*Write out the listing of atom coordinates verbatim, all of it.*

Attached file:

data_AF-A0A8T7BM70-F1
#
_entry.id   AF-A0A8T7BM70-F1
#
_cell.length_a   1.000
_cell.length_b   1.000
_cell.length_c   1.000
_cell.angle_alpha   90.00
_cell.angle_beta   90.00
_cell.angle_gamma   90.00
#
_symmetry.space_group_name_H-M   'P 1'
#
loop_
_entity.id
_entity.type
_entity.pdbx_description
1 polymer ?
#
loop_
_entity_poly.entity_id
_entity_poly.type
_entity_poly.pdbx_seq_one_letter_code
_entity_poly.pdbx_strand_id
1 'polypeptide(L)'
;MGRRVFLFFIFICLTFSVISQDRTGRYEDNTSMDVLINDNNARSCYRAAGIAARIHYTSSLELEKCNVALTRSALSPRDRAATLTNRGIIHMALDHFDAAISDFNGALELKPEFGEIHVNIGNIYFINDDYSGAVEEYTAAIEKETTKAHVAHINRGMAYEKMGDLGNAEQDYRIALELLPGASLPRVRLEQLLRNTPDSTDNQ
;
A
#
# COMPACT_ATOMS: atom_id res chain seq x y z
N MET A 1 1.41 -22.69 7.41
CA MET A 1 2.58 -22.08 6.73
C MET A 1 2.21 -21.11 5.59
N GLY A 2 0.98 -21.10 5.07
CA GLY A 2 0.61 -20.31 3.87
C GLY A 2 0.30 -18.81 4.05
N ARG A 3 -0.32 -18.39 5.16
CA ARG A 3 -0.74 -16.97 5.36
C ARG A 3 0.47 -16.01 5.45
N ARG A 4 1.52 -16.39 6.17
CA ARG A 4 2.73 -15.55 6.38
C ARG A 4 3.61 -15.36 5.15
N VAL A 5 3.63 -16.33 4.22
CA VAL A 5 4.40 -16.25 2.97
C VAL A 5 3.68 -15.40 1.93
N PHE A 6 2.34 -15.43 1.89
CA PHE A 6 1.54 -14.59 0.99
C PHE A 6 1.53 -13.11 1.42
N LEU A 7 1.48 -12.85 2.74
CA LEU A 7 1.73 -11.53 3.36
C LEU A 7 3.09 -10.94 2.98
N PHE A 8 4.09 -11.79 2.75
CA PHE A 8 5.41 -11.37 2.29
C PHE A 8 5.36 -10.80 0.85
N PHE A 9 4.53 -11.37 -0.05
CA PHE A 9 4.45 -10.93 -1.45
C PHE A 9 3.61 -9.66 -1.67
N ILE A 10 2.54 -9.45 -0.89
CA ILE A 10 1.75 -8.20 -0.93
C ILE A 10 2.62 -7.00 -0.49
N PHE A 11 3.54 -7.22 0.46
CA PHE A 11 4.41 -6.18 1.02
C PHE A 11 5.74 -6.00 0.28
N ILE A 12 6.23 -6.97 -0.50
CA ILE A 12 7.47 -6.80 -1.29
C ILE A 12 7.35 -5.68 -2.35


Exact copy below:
data_AF-A0A8T7BM70-F1
#
_entry.id   AF-A0A8T7BM70-F1
#
_cell.length_a   1.000
_cell.length_b   1.000
_cell.length_c   1.000
_cell.angle_alpha   90.00
_cell.angle_beta   90.00
_cell.angle_gamma   90.00
#
_symmetry.space_group_name_H-M   'P 1'
#
loop_
_entity.id
_entity.type
_entity.pdbx_description
1 polymer ?
#
loop_
_entity_poly.entity_id
_entity_poly.type
_entity_poly.pdbx_seq_one_letter_code
_entity_poly.pdbx_strand_id
1 'polypeptide(L)'
;MGRRVFLFFIFICLTFSVISQDRTGRYEDNTSMDVLINDNNARSCYRAAGIAARIHYTSSLELEKCNVALTRSALSPRDRAATLTNRGIIHMALDHFDAAISDFNGALELKPEFGEIHVNIGNIYFINDDYSGAVEEYTAAIEKETTKAHVAHINRGMAYEKMGDLGNAEQDYRIALELLPGASLPRVRLEQLLRNTPDSTDNQ
;
A
#
# COMPACT_ATOMS: atom_id res chain seq x y z
N MET A 1 1.41 -22.69 7.41
CA MET A 1 2.58 -22.08 6.73
C MET A 1 2.21 -21.11 5.59
N GLY A 2 0.98 -21.10 5.07
CA GLY A 2 0.61 -20.31 3.87
C GLY A 2 0.30 -18.81 4.05
N ARG A 3 -0.32 -18.39 5.16
CA ARG A 3 -0.74 -16.97 5.36
C ARG A 3 0.47 -16.01 5.45
N ARG A 4 1.52 -16.39 6.17
CA ARG A 4 2.73 -15.55 6.38
C ARG A 4 3.61 -15.36 5.15
N VAL A 5 3.63 -16.33 4.22
CA VAL A 5 4.40 -16.25 2.97
C VAL A 5 3.68 -15.40 1.93
N PHE A 6 2.34 -15.43 1.89
CA PHE A 6 1.54 -14.59 0.99
C PHE A 6 1.53 -13.11 1.42
N LEU A 7 1.48 -12.85 2.74
CA LEU A 7 1.73 -11.53 3.36
C LEU A 7 3.09 -10.94 2.98
N PHE A 8 4.09 -11.79 2.75
CA PHE A 8 5.41 -11.37 2.29
C PHE A 8 5.36 -10.80 0.85
N PHE A 9 4.53 -11.37 -0.05
CA PHE A 9 4.45 -10.93 -1.45
C PHE A 9 3.61 -9.66 -1.67
N ILE A 10 2.54 -9.45 -0.89
CA ILE A 10 1.75 -8.20 -0.93
C ILE A 10 2.62 -7.00 -0.49
N PHE A 11 3.54 -7.22 0.46
CA PHE A 11 4.41 -6.18 1.02
C PHE A 11 5.74 -6.00 0.28
N ILE A 12 6.23 -6.97 -0.50
CA ILE A 12 7.47 -6.80 -1.29
C ILE A 12 7.35 -5.68 -2.35